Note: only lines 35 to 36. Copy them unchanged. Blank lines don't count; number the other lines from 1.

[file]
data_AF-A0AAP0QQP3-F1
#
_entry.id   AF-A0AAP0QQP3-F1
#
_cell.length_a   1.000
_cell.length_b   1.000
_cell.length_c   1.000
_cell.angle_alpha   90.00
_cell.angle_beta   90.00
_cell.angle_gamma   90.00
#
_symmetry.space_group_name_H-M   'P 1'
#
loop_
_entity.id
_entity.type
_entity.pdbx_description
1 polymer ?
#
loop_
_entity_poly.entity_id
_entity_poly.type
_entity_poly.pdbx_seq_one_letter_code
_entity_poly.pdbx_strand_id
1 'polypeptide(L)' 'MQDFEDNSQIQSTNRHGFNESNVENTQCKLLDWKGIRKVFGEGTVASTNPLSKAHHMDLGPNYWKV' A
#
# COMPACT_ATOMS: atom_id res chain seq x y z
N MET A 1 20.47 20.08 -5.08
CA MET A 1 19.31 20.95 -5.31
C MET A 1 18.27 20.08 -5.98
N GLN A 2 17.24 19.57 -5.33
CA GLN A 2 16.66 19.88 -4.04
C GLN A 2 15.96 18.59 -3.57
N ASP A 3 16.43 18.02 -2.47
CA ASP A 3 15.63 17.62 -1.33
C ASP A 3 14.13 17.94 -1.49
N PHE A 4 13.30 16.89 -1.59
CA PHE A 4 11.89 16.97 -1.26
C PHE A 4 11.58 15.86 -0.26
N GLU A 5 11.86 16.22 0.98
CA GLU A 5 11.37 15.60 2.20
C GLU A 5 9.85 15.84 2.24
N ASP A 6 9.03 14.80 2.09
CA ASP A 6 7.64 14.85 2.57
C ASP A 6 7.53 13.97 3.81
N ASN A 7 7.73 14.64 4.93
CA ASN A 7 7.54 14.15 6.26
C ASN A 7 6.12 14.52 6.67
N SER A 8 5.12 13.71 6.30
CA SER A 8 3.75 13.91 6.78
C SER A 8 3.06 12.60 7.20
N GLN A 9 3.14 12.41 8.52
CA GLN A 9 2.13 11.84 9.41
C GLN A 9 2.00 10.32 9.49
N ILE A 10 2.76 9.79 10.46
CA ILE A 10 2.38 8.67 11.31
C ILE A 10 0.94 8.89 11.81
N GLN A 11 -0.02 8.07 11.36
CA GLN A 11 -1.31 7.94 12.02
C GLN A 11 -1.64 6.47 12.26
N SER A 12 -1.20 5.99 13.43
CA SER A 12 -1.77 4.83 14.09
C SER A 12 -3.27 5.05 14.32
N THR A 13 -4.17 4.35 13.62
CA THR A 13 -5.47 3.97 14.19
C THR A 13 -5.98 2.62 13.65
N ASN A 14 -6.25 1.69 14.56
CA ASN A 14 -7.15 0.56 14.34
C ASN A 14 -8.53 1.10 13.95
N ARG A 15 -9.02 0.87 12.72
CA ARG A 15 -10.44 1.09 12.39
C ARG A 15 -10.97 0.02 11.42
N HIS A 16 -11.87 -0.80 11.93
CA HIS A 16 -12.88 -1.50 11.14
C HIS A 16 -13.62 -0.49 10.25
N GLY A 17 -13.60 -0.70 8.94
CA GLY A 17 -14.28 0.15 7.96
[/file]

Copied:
CA ASP A 3 15.63 17.62 -1.33
C ASP A 3 14.13 17.94 -1.49